I absolutely agree with your statements about doing experiments. If you get unexpected results, the first thing you do is check your setup. Most likely, the unexpected results are from some mistake you made. However, suppose you keep getting the same results no matter what you do. Then you ask a colleague to check your results and perhaps replicate your experiment. If he or she gets the same result and you still say that the problem is with the experiment and not the framework, then you are treating the framework as dogma, and you are no longer doing science.

      I really, really hope you were engaging in hyperbole when you said, “Even at the most basic level we tend to sweep disagreements between theory and data under the rug…” If you do that, then you definitely are not doing science. Now…if I have a theory that is successful on many levels but is inconsistent with the data on another, I might not throw the theory away. However, I had better recognize that I can’t sweep that disagreement under the rug. The disagreement should tell me that there is something wrong with the theory, and I need to hold onto that theory less tightly than I hold on to a theory that has no known contradictions with the data. For example, I use quantum mechanics and relativity all the time, and I recognize how well-founded they both are. However, they are incompatible with one another, so I automatically realize that one or both of them has some inherent flaws. I don’t sweep that under the rug. I use the theories, understanding full well that their applications might be severely limited (and some of my conclusions might be wrong) due to their flaws.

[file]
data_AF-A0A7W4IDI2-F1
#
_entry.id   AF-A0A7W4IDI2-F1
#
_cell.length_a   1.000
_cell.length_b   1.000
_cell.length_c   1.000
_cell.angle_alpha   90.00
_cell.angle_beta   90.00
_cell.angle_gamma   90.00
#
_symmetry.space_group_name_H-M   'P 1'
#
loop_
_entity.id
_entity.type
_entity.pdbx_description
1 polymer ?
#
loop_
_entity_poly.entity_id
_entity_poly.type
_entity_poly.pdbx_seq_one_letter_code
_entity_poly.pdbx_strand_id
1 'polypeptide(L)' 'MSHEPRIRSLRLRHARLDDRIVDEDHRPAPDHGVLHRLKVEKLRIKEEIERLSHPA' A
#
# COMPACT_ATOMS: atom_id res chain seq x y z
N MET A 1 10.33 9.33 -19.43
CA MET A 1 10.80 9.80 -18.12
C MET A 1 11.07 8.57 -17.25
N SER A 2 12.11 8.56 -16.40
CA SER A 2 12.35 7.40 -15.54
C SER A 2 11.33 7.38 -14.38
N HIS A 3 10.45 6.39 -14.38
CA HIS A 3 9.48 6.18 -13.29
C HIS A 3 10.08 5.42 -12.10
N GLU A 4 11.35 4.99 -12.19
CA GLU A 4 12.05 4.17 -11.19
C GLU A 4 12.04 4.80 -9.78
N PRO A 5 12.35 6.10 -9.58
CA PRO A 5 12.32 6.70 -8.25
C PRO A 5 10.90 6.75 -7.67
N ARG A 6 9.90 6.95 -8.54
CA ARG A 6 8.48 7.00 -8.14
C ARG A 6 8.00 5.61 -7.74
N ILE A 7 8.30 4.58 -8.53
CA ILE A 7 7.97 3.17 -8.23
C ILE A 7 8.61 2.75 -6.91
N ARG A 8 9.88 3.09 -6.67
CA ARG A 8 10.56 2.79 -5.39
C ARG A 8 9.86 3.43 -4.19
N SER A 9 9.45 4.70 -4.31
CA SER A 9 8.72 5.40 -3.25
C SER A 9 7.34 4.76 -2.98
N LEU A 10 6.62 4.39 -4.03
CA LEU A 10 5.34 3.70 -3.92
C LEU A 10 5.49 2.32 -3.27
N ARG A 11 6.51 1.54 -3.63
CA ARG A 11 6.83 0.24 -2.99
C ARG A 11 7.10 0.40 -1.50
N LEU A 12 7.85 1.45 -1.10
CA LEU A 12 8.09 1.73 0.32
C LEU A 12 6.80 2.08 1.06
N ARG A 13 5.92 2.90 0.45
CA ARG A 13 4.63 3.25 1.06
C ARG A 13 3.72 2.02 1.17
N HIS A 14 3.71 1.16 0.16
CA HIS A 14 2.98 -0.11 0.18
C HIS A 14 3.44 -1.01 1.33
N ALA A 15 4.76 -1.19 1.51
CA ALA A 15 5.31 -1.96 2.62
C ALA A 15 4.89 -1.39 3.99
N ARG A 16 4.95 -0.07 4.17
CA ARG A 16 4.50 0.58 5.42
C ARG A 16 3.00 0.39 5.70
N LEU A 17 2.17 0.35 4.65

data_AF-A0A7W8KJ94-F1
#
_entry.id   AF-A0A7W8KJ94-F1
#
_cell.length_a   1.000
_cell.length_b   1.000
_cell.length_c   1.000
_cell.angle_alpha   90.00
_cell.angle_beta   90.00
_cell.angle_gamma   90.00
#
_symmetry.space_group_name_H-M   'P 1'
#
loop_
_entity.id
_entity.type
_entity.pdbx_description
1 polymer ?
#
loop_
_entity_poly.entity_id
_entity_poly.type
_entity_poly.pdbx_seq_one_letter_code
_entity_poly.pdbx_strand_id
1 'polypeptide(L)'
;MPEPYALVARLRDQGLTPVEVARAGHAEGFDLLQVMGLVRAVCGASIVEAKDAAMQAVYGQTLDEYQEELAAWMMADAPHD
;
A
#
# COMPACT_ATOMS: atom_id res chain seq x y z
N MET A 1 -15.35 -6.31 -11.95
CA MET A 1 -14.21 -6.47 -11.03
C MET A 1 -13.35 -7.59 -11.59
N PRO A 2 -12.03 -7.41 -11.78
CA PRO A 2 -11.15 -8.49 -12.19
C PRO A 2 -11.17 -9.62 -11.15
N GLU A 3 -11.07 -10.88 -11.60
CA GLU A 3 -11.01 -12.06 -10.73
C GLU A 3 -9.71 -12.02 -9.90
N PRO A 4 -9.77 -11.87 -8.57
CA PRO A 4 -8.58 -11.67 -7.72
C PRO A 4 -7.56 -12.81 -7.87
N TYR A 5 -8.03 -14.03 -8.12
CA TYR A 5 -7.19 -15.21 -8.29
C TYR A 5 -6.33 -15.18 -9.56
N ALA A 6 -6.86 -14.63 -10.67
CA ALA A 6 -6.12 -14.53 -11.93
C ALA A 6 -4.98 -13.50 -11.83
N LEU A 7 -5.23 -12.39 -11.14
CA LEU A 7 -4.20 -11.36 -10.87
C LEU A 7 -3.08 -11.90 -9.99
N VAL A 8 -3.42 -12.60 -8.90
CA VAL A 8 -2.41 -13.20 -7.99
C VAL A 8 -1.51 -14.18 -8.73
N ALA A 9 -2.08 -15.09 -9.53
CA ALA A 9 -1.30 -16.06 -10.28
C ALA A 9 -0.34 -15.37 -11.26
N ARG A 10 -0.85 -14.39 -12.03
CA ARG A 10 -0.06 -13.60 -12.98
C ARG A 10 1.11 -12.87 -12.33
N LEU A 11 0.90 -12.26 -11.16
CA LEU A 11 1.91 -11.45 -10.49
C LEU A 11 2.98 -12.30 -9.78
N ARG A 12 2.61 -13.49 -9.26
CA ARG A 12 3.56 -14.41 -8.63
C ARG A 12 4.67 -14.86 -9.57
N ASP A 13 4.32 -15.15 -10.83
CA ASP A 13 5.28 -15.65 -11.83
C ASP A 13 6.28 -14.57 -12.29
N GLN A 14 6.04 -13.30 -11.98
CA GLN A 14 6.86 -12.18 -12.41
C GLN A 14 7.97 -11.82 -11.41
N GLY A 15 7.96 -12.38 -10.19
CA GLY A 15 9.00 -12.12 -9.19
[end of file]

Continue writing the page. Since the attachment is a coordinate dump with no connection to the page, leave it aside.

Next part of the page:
Following the data where they lead is anything but naive. In fact, it is the basis of science. I don’t like the idea that radioactive half-lives are not constant. As a nuclear chemist, I WANT them to be constant. But there are some very convincing lines of evidence that they have changed in the past. If I don’t follow that evidence where it leads, I am no longer doing science. I am clinging to dogma.

      Dogma is not necessary for science to function. Interpretive frameworks are, and there is a huge gulf between a dogma and an interpretive framework!

      • Jake says: